(sources: 1 2)
Regardless of you opinion, I think we can agree pulling federal funding is an extreme, even if the intent is to promote acceptance and safety. Money can speak louder than words though, especially when it's millions, if not billions of dollars at stake, so it's understandable why they went that route, but still.... It's only really angered people more too. It's a waiting game at this point, because considering just how many school districts there are, and just how many of those are unhappy about this, there's bound to be at least one that won't comply. And how their defiance is handled, and received, will really set the tone for this entire thing, which is potentially somewhat scary.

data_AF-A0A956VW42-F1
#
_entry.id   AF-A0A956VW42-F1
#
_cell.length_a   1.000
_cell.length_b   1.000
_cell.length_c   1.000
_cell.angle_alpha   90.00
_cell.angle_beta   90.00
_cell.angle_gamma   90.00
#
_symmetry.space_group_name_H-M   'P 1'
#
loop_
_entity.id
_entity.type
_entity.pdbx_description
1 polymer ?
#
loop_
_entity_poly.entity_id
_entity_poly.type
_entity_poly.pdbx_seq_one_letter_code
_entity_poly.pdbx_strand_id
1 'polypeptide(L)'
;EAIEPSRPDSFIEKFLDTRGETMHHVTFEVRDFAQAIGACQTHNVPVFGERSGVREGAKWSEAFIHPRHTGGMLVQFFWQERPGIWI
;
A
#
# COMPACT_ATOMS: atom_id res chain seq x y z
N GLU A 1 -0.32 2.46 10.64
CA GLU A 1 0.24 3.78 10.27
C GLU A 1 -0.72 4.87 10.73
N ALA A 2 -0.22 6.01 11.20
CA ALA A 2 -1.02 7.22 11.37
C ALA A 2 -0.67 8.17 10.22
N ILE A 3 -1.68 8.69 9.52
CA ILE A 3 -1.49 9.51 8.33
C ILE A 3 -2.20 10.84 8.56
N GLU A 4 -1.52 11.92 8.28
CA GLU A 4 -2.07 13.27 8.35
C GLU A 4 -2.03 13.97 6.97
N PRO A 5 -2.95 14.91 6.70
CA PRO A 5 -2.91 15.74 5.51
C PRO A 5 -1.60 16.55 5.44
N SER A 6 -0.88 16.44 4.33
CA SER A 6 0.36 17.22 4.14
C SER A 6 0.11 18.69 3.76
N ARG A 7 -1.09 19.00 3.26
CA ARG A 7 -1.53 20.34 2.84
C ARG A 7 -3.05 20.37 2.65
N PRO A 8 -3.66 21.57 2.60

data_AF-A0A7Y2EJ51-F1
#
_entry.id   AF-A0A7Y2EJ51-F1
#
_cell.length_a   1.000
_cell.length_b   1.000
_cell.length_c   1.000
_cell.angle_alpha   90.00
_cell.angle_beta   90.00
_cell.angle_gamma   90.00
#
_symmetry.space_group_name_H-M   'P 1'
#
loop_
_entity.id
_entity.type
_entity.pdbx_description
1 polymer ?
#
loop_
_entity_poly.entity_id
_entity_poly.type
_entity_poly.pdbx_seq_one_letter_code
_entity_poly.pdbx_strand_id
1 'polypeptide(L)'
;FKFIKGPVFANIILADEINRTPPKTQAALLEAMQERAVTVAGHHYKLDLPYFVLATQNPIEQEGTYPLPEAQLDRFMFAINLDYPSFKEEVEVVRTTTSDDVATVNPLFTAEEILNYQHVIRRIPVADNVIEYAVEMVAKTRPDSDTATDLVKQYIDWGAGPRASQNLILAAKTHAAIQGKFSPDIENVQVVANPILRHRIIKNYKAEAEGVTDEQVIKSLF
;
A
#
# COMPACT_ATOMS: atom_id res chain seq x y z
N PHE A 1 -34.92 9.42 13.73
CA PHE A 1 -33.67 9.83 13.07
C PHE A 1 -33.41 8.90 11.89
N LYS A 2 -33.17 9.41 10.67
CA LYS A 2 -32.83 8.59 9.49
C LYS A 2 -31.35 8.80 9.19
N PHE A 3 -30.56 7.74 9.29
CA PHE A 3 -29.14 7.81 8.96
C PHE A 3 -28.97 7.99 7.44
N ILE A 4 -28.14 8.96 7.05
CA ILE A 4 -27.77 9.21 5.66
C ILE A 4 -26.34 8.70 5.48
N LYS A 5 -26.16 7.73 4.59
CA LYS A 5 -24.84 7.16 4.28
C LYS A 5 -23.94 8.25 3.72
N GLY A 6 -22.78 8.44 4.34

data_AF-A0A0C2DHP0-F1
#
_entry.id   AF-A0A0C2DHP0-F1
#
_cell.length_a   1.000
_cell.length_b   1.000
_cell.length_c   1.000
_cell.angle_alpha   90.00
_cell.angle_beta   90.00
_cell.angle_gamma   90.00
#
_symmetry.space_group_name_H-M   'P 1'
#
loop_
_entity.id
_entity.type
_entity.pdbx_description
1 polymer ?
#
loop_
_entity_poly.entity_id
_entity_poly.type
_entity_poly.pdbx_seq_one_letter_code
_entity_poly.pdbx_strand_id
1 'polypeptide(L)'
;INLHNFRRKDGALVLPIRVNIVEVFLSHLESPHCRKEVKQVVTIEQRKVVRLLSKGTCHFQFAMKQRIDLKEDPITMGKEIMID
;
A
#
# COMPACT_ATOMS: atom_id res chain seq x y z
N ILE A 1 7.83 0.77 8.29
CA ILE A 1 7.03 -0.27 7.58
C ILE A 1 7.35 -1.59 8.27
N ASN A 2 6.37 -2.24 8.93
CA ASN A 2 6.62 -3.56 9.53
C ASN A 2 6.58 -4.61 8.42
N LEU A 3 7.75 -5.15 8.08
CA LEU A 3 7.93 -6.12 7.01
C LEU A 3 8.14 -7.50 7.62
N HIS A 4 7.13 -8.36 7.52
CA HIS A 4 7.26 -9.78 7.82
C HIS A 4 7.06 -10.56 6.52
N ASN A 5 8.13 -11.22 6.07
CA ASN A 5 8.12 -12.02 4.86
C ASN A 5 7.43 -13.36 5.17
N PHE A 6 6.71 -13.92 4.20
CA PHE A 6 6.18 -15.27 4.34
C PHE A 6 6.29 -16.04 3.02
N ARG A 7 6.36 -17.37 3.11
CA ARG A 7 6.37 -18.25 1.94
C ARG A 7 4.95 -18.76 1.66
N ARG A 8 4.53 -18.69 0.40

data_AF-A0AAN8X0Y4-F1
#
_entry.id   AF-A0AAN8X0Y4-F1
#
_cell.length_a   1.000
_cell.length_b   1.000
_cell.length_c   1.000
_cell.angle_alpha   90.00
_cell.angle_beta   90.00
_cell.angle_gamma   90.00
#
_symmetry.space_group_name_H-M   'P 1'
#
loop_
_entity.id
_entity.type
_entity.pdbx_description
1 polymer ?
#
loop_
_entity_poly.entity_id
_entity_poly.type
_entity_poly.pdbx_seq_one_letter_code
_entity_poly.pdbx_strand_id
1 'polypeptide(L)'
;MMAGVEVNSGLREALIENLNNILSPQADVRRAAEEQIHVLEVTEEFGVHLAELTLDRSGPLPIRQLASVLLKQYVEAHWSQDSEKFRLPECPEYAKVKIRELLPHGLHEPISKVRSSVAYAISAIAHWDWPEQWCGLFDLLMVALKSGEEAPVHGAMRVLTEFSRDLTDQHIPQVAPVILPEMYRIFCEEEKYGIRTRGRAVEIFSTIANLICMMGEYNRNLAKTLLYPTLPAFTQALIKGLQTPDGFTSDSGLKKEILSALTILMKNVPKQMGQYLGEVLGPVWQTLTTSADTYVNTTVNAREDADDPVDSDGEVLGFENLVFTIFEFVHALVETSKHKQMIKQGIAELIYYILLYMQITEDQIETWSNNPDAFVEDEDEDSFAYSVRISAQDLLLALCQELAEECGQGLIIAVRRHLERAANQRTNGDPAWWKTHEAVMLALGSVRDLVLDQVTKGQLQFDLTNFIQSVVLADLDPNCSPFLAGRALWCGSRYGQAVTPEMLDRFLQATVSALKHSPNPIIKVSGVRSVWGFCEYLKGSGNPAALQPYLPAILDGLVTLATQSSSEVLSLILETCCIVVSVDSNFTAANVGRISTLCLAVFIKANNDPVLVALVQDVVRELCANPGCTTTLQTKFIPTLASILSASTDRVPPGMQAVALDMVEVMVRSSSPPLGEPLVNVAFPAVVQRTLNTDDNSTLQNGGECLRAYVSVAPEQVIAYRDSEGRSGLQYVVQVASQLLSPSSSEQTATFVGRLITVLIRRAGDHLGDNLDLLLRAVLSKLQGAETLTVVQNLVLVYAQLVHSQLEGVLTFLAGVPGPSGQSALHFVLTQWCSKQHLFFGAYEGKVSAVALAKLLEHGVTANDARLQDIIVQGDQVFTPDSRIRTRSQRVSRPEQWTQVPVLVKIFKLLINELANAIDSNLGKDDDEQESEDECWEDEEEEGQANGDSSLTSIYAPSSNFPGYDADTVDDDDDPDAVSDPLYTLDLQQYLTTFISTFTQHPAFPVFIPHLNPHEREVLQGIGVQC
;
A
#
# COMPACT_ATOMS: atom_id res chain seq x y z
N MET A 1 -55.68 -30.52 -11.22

Though I'm pretty much just preaching to the choir here, I think it's still important to at least try to start a healthy, informative discussion, and also share accurate information, since misinformation regarding certain LGBT+ issues, like those bathroom bills for instance, is still really prevalant. Not everyone is lucky enough to be in a supportive envirnoment, so being able to provide resources is really important too, especially since those resources can be educational for even people not in those sort of situations themselves.
The Huffington Post article was actually really nice. It was published in November though, and I can't seem to remember anything that was going on then that would cause them to post that, but hopefully in light of recent events, the article is being passed around and shared again.